That page of The Graphic from 1895 just keeps on giving. Looking across from the pheasants shocker is another piece of news that has echoes today.
Right now there is a half-hearted debate about what economists might call the moneytisation of cultural assets. As the first world (yes I know, we’ve discussed this phrase), falls into a deeper and deeper financial hole, the things that we, our parents and our grandparents, expected to receive from civilisation are beginning to disappear.
One by one, western societies will no longer be able to afford museums, libraries — publicly supported cultural and scientific institutions in general — if they have to choose between subsidising them or keeping the lights on. The tide of culture is beginning to drain back from its high water mark some time after the Second War.
King Canute showed his courtiers he could not hold back the tide, but those institutions, museums, art galleries and the like, are giving it a shot. Here in London you can rent out The British Museum for a cocktail party, Tower Bridge for a team building meeting, the Science Museum for a wedding. In New York you and 799 of your friends can take over the Temple of Dendur in the Metropolitan Museum for a banquet. You can rent the Louvre and the Eiffel Tower in Paris for your soirée or the Vatican for a breakfast buffet. The point is that virtually every cultural icon is swinging its handbag offering paying patrons a good time.. just to pay the bills.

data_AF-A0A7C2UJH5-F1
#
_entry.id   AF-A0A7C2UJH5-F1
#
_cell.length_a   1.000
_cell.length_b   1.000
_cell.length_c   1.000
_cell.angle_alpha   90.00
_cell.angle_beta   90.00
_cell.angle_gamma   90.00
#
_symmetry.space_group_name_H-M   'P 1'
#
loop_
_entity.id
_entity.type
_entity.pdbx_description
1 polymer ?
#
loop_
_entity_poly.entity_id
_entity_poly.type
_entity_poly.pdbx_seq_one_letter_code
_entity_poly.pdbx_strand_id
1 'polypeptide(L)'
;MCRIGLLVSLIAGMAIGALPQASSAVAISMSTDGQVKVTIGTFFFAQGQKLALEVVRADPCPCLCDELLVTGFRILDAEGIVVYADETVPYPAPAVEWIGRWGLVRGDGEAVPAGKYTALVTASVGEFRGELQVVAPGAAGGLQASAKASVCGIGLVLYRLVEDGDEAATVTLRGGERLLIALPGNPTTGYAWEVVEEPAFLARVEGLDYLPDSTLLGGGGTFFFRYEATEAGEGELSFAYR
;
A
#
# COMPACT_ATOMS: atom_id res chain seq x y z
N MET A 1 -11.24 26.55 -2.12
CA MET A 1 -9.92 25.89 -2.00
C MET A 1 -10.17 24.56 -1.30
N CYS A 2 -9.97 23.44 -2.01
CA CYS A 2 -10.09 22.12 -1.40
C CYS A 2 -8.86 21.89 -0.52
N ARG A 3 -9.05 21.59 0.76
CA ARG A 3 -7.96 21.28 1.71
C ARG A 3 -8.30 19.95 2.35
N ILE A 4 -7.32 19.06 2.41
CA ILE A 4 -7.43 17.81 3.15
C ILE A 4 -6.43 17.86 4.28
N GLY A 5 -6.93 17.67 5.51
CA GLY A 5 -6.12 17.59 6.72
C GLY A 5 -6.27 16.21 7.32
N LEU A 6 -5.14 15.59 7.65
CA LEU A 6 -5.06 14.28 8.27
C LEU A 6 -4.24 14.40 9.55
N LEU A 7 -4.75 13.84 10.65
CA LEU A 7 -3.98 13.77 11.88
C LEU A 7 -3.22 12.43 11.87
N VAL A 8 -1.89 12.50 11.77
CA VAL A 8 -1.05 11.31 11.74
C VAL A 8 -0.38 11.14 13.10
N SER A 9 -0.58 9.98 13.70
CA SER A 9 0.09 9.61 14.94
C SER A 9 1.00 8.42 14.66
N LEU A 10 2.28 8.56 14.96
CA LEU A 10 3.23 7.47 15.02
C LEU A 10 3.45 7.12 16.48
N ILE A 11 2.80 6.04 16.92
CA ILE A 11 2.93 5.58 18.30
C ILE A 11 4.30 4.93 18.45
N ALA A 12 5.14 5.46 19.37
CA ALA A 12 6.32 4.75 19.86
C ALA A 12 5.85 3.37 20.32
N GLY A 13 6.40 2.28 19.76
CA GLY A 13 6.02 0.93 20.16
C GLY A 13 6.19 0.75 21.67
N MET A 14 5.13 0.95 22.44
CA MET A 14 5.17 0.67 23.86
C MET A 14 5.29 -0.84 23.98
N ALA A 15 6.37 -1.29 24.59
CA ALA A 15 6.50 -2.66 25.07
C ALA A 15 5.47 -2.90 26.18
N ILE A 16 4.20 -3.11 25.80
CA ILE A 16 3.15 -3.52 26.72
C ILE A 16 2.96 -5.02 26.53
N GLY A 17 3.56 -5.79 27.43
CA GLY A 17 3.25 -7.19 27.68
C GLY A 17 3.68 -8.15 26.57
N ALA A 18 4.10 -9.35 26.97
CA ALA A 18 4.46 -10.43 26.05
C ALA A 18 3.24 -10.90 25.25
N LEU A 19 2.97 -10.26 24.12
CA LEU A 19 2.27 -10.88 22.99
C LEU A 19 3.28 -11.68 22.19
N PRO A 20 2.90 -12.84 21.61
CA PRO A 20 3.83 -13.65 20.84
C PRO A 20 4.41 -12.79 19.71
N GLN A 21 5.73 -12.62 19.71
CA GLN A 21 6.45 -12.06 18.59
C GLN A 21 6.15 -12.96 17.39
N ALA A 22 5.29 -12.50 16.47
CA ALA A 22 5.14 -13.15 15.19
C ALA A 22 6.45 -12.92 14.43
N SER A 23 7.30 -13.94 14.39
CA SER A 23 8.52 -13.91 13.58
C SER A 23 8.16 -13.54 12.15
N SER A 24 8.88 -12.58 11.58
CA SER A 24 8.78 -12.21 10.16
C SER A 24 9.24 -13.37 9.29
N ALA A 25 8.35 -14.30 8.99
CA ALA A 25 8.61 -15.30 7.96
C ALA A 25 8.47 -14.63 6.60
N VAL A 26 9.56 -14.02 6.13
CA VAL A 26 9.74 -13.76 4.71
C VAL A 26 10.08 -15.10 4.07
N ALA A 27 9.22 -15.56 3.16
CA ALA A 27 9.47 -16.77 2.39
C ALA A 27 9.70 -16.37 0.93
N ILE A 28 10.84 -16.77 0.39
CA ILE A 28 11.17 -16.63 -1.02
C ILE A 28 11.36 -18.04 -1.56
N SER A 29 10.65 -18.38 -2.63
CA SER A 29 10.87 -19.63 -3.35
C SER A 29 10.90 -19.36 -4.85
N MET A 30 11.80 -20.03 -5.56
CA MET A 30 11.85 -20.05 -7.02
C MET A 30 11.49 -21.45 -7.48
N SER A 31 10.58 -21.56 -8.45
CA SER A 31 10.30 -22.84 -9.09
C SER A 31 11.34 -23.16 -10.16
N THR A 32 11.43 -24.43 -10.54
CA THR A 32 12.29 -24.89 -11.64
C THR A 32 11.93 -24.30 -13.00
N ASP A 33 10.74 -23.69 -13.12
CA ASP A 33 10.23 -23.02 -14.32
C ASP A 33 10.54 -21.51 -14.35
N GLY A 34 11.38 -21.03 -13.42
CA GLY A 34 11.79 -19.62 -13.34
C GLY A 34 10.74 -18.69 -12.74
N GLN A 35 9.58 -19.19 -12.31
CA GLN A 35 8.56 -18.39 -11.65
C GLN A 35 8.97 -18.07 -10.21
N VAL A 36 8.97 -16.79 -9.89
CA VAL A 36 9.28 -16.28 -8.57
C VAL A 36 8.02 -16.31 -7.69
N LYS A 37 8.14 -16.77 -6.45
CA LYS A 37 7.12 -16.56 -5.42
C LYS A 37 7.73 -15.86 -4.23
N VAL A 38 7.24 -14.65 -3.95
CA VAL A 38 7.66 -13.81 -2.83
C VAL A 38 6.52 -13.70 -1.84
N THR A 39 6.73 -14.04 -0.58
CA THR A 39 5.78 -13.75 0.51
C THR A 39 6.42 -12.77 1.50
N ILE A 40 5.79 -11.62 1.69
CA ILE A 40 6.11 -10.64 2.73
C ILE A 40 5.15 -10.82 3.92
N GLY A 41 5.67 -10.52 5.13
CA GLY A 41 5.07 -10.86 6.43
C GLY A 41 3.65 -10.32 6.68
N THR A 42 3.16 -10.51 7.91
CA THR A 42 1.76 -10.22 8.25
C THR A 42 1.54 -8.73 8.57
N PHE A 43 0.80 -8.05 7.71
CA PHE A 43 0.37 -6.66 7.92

The damage that a free run of the place by, let’s face it, drunks, causes to statuary, paintings and the like is kept pretty quiet. However when some piss ant in a tux poured his beer over a tiger at London Zoo, the elephant dung hit the air conditioning in England. While disappointingly the tiger could not exact revenge, there was outrage — for about a day. That debate will rumble on till it subsides.
Which brings me to this apposite paragraph from The Graphic.
Plus ça change, plus c’est la même chose:-